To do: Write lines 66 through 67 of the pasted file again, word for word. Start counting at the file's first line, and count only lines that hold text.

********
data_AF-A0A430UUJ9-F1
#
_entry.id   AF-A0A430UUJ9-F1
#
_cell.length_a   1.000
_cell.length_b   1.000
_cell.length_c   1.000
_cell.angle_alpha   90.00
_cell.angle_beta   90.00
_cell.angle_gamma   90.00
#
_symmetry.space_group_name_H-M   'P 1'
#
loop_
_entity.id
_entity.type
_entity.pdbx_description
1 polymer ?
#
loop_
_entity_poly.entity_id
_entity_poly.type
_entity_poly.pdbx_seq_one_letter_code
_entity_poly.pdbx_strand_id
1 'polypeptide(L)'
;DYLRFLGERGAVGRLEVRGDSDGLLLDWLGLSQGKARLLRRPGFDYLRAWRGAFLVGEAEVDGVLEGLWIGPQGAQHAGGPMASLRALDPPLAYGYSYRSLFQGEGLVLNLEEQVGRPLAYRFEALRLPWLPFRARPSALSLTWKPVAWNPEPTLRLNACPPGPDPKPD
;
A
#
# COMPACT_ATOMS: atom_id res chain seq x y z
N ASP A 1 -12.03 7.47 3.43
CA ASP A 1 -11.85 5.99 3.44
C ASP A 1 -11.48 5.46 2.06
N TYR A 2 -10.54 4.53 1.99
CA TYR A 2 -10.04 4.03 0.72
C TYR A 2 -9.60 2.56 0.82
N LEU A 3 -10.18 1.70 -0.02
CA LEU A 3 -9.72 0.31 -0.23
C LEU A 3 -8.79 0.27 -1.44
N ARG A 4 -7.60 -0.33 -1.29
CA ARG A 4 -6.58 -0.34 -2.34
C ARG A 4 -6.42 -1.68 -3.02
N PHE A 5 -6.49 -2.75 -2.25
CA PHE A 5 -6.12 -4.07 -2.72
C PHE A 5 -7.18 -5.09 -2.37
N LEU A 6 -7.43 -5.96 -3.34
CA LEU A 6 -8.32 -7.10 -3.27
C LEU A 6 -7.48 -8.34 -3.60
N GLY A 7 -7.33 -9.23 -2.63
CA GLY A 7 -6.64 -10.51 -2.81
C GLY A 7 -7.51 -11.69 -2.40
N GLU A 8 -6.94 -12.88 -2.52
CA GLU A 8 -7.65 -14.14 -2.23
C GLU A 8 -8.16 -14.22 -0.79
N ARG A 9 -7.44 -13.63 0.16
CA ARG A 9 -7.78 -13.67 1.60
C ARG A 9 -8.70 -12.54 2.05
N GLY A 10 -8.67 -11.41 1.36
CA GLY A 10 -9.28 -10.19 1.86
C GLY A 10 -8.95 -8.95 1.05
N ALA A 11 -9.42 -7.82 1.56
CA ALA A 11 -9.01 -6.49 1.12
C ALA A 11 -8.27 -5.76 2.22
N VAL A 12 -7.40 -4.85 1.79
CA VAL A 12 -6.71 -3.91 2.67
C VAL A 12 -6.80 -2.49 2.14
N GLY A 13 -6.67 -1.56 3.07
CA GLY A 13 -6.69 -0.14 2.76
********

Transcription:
C VAL A 12 -6.80 -2.49 2.14
N GLY A 13 -6.67 -1.56 3.07